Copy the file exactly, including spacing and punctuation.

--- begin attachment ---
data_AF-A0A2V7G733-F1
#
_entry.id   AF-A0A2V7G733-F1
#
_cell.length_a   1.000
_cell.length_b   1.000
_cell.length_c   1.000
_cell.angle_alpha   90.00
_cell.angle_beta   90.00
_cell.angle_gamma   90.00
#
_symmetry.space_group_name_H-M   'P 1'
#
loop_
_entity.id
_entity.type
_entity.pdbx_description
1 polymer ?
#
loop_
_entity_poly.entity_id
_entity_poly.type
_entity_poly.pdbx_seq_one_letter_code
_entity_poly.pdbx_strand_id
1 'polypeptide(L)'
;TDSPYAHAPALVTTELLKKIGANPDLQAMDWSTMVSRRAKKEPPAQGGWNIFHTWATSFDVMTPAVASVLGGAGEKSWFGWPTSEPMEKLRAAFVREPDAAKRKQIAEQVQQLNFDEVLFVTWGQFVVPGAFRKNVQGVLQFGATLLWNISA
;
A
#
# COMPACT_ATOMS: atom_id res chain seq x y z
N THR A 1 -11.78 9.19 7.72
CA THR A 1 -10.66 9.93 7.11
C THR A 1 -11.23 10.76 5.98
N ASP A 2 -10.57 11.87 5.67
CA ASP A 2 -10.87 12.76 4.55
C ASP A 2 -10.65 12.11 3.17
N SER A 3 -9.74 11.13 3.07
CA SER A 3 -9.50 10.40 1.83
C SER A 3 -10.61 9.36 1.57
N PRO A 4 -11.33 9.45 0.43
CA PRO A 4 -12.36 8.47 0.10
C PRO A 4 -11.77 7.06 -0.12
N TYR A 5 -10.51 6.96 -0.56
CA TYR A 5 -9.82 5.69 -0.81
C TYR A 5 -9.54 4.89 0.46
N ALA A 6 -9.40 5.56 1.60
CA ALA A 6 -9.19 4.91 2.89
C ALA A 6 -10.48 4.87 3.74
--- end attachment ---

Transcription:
data_AF-A0A2V7G733-F1
#
_entry.id   AF-A0A2V7G733-F1
#
_cell.length_a   1.000
_cell.length_b   1.000
_cell.length_c   1.000
_cell.angle_alpha   90.00
_cell.angle_beta   90.00
_cell.angle_gamma   90.00
#
_symmetry.space_group_name_H-M   'P 1'
#
loop_
_entity.id
_entity.type
_entity.pdbx_description
1 polymer ?
#
loop_
_entity_poly.entity_id
_entity_poly.type
_entity_poly.pdbx_seq_one_letter_code
_entity_poly.pdbx_strand_id
1 'polypeptide(L)'
;TDSPYAHAPALVTTELLKKIGANPDLQAMDWSTMVSRRAKKEPPAQGGWNIFHTWATSFDVMTPAVASVLGGAGEKSWFGWPTSEPMEKLRAAFVREPDAAKRKQIAEQVQQLNFDEVLFVTWGQFVVPGAFRKNVQGVLQFGATLLWNISA
;
A
#
# COMPACT_ATOMS: atom_id res chain seq x y z
N THR A 1 -11.78 9.19 7.72
CA THR A 1 -10.66 9.93 7.11
C THR A 1 -11.23 10.76 5.98
N ASP A 2 -10.57 11.87 5.67
CA ASP A 2 -10.87 12.76 4.55
C ASP A 2 -10.65 12.11 3.17
N SER A 3 -9.74 11.13 3.07
CA SER A 3 -9.50 10.40 1.83
C SER A 3 -10.61 9.36 1.57
N PRO A 4 -11.33 9.45 0.43
CA PRO A 4 -12.36 8.47 0.10
C PRO A 4 -11.77 7.06 -0.12
N TYR A 5 -10.51 6.96 -0.56
CA TYR A 5 -9.82 5.69 -0.81
C TYR A 5 -9.54 4.89 0.46
N ALA A 6 -9.40 5.56 1.60
CA ALA A 6 -9.19 4.91 2.89
C ALA A 6 -10.48 4.87 3.74